An weiteren Ähnlichkeiten wären da die Zauber, die man pro Stufe lernt. Trefferpunkte, die man auswürfelt und ebenso pro Stufe dazugewinnt. Man hat relativ übliche Hauptattribute wie Strength, Agility, Stamina, Personality, Intelligence und Luck. Diese bringen Zuschläge und Abzüge auf Würfelwürfe. Das Hauptziel ist es für gewöhnlich, eine Zahl mit einem W20 zu erreichen oder zu übertreffen. Auch die Rettungswürfe (Reflex, Fortitude und Will) gegen verschiedene Bedrohungen gibt es. Und auch drei Alignments (Lawful, Neutral, Chaotic) dürfen nicht fehlen.

Soweit recht bekannt und sicherlich nichts Neues.

DCC ist aber kein reiner „Old School Renaissance“-D&D-Klon (im Weiteren: OSR). Die Wurzeln des Produkts gehen bereits auf 2003 zurück, wie der Autor betont. Er sieht es damit zeitlich vor der eigentlichen OSR-Welle. Während viele Spielmechaniken auf Altbewährtem basieren, gibt es doch deutliche Unterschiede im Detail.
Besondere Mechaniken
Zentral für das Spiel ist die sogenannte „Würfelkette“ (Dice Chain), die auch ungewohnte Würfel umfasst:

[box]W3 – W4 – W5 – W6 – W7 – W8 – W10 – W12 – W14 – W16 – W20 – W24 – W30[/box]

Würfel, die im Spiel verwendet werden, werden manchmal „hochgestuft“ (stepped up) oder „runtergestuft“ (stepped down). Damit verschieben sich die Wahrscheinlichkeiten etwas zu Gunsten oder Ungunsten des Spielers. Zum Beispiel können Halblinge mit zwei Waffen angreifen. Sie würfeln dabei aber beide Angriffe mit W16 und müssen doch dieselbe Zielzahl erreichen. Ähnlich wird die zweite Attacke oder der zweite Zauber höherstufiger Charaktere behandelt. Oder das Schießen über große Entfernungen, Geländenachteile und Waffen, mit denen der Charakter nicht umgehen kann. Nicht alle Nach- und Vorteile sind durch ab- und aufsteigende Würfel modelliert, sondern geben feste Abzüge oder Zuschläge.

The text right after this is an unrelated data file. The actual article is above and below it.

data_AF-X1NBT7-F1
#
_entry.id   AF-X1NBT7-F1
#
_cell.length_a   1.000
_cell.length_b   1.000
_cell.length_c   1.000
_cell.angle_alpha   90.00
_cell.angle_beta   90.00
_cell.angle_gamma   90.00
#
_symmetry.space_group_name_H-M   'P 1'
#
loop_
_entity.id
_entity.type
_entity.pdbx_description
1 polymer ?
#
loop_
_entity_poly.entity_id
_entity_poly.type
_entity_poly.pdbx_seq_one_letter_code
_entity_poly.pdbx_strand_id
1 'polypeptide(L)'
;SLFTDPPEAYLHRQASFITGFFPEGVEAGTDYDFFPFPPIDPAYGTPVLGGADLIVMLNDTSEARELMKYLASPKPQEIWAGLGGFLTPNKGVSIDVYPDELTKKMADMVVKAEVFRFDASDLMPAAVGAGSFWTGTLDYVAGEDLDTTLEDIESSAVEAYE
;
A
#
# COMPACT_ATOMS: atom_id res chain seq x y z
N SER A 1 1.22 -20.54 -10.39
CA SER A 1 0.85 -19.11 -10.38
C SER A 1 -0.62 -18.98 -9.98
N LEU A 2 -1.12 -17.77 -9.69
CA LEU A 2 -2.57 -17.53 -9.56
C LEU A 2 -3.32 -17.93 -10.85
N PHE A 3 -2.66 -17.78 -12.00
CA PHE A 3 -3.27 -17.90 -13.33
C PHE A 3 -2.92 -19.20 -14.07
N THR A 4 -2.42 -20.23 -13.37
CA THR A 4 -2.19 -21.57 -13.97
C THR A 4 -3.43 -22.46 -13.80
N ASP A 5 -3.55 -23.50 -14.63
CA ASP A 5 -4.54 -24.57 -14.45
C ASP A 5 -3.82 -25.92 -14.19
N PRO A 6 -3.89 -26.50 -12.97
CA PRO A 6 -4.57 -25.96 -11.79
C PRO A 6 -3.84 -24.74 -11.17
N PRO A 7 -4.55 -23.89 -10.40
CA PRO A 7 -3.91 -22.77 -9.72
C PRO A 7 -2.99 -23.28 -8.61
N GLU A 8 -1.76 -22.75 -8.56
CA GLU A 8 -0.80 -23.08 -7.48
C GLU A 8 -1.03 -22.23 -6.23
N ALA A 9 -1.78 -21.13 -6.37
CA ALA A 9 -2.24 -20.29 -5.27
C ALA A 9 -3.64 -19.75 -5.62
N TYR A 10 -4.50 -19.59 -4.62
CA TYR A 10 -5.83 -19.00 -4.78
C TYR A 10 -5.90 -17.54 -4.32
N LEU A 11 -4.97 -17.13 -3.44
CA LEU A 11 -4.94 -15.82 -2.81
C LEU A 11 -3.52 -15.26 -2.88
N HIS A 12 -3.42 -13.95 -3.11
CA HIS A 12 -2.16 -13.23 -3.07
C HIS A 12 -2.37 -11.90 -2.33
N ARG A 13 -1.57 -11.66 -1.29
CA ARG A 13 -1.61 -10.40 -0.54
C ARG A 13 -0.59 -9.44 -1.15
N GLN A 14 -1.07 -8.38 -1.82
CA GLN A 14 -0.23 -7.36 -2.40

[box]Beispiele:

Ein Bauer, der mit dem Langbogen schießen will, ohne Ausbildung an der Waffe und auf große Distanz, der würfelt eben W14 statt W20. Sein W20 wurde entlang der Würfelkette zweimal herabgestuft: W20 => W16 => W14. (Duckt sich der Gegner dabei auch noch, ist die Formel W14 – 2.)

Ein ausgebildeter Krieger der Stufe 1 kennt den Langbogen. Krieger erhalten keinen festen Attackezuschlag, aber einen Extrawürfel, den Deed Die. Der Krieger schießt auf lange Distanz, also wird sein W20 zu W16. Sein Deed Die auf Level 1 ist W3. Sein Wurf für den Schuss ist W16 + W3. Ein Krieger Stufe 5 dürfte nicht nur mit W16 + W7 werfen, seine zweite Attacke darf er normalerweise mit einem Basiswürfel von W14 durchführen. Also kann er sogar noch einen zweiten Schuss mit W12 + W7 hinterher feuern.